So if kids are in prison, that's because the government has failed. The government has chosen to lock them up rather than to support our kids and give them the wraparound, holistic, culturally safe supports and alternatives to imprisonment so that they can be, you know, thriving and have all the best opportunities in their community.

Our kids, Aboriginal and Torres Strait Islander kids, are pushed into the quicksand of the justice system from racism and disadvantage. And they are criminalised over policed, targeted and make up 65% of the youth prison population, of 10 to 13-year olds in prison; but they're only 5% of the total youth population.

So this disproportion either is clear that there's this injustice, and most of our kids are being criminalised for the disadvantage that their families have been pushed into from this legacy of colonisation; leaving them charged with minor offences like, you know, theft, public order offences.

Aboriginal and Torres Strait Islander legal services; I work for the National peak body that represents them, our lawyers have represented kids for being charged with like stealing a chocolate frog or a loaf of bread. And there's examples of you know, kids being criminally charged for throwing a tomato sauce bottle in a residential care facility.

Now, the only kids that have been locked up are the kids who are not protected by privilege. And no child belongs in prison. So this is ultimately a failure of governments that we're talking about.

And over the years as a legal expert and Human Rights Campaigner, I have worked with so many of our kids across the country and their families from Mt Isa to Perth to Alice Springs to Melbourne and Redfern and Palm Island.

And the experience is just hauntingly similar. Police racism targeting violence, racial profiling, harassment, and our young ones across the country are abused in youth prisons without accountability.

This one change, raising the age of criminal responsibility, will have an immediate and generational impact on over incarceration of our kids. And the younger that a child is locked up, the higher their likelihood of returning to prison.

So the Australian Institute of Health and Welfare has reported that 94% of imprisoned children aged 10 to 12 return to prison before they are 18 and the rate of return decreases with each year of age.

We absolutely have to reimagine our whole justice system with structural change to undo the systemic and direct racism that is built into its foundations; build futures and not prisons, which are no place for a child.

Raising the age though, is one small step which governments can take right now which we know will change the life of generations of our young people to come.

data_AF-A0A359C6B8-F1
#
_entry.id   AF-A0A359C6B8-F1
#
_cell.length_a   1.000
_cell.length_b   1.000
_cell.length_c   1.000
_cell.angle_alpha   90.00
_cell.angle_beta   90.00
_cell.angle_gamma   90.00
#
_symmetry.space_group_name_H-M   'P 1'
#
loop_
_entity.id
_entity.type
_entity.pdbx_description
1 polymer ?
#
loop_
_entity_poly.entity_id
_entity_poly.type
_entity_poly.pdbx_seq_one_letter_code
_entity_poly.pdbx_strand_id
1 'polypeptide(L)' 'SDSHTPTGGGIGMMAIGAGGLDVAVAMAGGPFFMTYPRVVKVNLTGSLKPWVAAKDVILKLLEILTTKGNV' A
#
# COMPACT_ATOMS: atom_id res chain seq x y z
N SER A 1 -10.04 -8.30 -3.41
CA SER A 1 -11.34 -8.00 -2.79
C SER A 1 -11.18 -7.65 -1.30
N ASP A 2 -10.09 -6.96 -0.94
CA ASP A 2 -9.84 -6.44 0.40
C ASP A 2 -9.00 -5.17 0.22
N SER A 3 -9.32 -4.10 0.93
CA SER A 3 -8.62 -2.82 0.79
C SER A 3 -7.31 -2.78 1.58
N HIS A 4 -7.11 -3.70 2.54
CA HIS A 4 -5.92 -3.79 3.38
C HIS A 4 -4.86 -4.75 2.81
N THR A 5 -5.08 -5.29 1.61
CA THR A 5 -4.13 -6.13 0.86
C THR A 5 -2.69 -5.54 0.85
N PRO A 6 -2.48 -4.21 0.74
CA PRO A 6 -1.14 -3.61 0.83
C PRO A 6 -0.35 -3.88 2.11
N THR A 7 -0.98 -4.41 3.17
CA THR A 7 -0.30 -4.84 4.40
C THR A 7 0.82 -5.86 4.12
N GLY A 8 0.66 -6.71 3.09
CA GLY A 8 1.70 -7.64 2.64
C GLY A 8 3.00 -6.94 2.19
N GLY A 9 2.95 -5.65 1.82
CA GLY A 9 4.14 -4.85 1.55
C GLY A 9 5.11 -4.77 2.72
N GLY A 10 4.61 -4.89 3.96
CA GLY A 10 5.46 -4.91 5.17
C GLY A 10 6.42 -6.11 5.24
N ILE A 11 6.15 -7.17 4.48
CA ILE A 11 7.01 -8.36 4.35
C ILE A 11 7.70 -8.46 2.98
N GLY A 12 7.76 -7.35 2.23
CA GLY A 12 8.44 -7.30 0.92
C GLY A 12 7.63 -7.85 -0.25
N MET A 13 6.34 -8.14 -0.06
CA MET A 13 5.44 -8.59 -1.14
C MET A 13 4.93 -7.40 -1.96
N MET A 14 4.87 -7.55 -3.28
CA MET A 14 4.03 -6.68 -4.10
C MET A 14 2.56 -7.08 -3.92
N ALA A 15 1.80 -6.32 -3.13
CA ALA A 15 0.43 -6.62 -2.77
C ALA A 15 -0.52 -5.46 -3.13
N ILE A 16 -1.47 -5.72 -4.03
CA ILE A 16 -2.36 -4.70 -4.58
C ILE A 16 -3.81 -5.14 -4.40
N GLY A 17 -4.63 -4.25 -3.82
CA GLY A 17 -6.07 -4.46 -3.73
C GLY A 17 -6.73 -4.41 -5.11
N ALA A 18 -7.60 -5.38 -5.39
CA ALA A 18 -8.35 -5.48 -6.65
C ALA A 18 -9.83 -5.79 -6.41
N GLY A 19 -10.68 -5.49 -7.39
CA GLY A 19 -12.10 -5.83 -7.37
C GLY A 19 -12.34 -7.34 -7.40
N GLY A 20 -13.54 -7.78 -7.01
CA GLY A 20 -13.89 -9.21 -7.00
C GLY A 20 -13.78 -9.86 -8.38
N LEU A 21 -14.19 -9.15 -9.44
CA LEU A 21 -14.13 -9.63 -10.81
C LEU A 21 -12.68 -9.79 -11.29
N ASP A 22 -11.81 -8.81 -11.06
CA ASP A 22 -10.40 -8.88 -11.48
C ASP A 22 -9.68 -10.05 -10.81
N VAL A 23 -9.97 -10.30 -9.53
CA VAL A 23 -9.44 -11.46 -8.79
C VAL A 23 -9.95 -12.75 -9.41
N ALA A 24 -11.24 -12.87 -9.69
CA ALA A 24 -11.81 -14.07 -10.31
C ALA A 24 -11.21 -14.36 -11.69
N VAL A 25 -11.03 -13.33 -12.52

And that's why a coalition of legal, medical and social justice organisations including NATSILS, the Australian Indigenous Doctors Association, Change the Record, Human Rights Law Centre, Law Council Australia, Amnesty International, Australian Medical Association, the Royal Australian Australasian College of Physicians and the Public Health Association of Australia have all come together

- these medical human rights experts; Aboriginal community-controlled organisations and have joined the calls the courses of national international calls; United Nations bodies, medical and legal bodies to raise the age of criminal responsibility.

And we are calling as a campaign for all Australian Governments to raise the age to at least 14 years and the UN has actually said that kids under 16 shouldn't be imprisoned. And the petition that we have, which I urge everybody to sign, I'll pop the link in, has gathered over 135,000 signatures so far.

But while most of the world has caught up with the medical science, which is clearly saying that, you know, kids, under the age of 14, do not yet have reached the developmental stage where they can understand the criminal consequences of their actions, not to mention the deeply harmful aspects of imprisonment for children that young.

The rest of the world has caught up with this medical science, but Australia is lagging behind. Globally, the median age is 14. And countries like Germany, France, Chile, and Italy all have a minimum age of 14 and low rates of imprisonment. The world has not fallen, in crime has not increased, it's actually decreased.

And it just goes to show that it's about those holistic and culturally safe approaches. So unlike prisons, the campaign is calling for Aboriginal-led alternatives to imprisonment, which are effective and help kids lives.